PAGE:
Canning Frenzy

Canned beats and dilly beans.
Equipped with a borrowed pressure canner, a canning book from the 70's, the Internet, and and a garden overflowing with fresh, organic produce, the crew at Better Farm took off on a canning project that will provide the people here (and some of our very favorite neighbors and CSA members) with delicious, canned meals for months to come.

Here are a few of the recipes we used. Send us yours at!

Elderberry Jam 
From Recipe Wise-UK Edition
Elderberry Jam is a lovely tasting jam with a beautiful color—but always be sure to use ripe berries to prevent the jam from becoming too tart. We picked wild elderberries along the roadside and spent a week utilizing them in Belgian waffles, scones, and pies. Toward the end of the week when they were perfectly ripened, we froze what we had left after siphoning off some for this jam recipe. To ensure a good set you can use a jam sugar with added pectin, but the lemon juice should help set the jam
  • Ratio of 1:1 elderberries and sugar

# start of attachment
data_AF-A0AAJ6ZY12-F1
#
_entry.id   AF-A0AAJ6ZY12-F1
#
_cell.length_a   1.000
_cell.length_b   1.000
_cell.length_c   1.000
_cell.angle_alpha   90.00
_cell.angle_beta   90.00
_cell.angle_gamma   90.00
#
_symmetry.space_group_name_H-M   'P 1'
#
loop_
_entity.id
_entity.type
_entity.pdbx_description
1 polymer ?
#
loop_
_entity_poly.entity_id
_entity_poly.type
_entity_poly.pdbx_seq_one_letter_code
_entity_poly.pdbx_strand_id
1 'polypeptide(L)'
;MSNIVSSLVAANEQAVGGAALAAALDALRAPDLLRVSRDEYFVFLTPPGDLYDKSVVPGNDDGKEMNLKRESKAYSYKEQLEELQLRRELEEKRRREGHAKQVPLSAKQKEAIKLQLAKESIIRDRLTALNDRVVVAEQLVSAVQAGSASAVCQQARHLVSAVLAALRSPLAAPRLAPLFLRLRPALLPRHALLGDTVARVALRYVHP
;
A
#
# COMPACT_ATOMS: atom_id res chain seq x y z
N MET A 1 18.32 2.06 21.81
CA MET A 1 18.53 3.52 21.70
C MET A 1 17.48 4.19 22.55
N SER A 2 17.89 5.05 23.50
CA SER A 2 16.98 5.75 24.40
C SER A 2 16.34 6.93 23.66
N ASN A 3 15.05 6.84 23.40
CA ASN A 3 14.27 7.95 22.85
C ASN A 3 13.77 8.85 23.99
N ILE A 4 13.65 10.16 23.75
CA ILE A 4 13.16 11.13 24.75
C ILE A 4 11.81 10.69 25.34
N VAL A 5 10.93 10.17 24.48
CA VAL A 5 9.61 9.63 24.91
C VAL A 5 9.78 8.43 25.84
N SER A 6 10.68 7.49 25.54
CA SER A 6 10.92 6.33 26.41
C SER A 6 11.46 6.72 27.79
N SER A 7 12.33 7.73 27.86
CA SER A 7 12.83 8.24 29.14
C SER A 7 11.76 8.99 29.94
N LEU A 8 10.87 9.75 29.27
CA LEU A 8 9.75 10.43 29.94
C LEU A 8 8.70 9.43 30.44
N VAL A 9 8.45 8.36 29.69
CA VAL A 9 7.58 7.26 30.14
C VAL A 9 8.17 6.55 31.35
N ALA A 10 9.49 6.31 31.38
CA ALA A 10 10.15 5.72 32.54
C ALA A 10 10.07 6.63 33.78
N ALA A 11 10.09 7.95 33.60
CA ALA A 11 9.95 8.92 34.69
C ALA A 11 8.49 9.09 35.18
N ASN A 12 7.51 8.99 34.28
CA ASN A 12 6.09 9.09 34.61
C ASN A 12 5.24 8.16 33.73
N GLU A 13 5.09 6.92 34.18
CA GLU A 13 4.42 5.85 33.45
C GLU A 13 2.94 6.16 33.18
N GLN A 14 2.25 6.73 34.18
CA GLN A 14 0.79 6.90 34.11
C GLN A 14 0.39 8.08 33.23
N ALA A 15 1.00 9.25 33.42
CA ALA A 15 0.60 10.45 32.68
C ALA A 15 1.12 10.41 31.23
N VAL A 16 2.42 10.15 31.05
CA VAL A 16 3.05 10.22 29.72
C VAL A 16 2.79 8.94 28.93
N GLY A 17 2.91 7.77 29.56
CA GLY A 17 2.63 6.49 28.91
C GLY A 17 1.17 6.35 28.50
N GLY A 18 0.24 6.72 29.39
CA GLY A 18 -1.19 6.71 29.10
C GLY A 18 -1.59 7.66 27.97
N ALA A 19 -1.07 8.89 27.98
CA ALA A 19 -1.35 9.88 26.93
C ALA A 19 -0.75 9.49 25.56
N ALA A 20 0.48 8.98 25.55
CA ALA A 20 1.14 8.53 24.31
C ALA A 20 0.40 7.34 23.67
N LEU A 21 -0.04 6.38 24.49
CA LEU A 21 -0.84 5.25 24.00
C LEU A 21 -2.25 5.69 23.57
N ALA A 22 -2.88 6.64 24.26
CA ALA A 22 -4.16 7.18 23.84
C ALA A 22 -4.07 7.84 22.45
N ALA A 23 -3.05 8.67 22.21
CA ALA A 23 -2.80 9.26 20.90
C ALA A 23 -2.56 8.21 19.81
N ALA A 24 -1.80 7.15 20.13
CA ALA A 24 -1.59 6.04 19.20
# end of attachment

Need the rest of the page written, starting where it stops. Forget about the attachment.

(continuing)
• 1/2 lemon for every 2 cups of elderberries (juice and zest)
  • 1 tsp. butter (or vegan equivalent) for every 2 cups of elderberries

Rinse each elderberry cluster under running water, then drain thoroughly. Work on one small cluster at a time, gently pulling your fingers through and across the clusters to dislodge the berries from the tough stems – only use berries that are completely blue or blue-black, do not use any green berries, or any partially green berries, as they are not ripe and they will spoil the jam. Once you have de-stalked the berries rinse under running water once again. Simmer the elderberries in a dry preserving-pan, slightly bruising them, and stirring them about, with a wooden spoon. When the juice runs put in one-third of the sugar, and let the mixture simmer slowly up to the boiling-point. Break the berries up with the wooden spoon or a masher. When the berries are thoroughly soft and pulpy, take them off the heat and press the sugary pulp through a fine-meshed sieve – no seeds must go through – catching all the juice and pulp in a bowl below. Disclaimer: We let some of the seeds survive for an authentic jam experience! Put the pulp and juice, remaining sugar, lemon juice, butter, and the grated lemon-rind, back into the cleaned preserving pan. Let this simmer for half an hour, stirring and skimming frequently. After 30 minutes, boil for 10 minutes to the setting point. Remove the pan from the heat and skim off any scum and impurities from the surface using a slotted spoon. Leave to cool for 5 minutes. Pour the Elderberry Jam into warmed sterilized jars and seal. Leave the jars to cool completely, then label and store in a cool, dark place.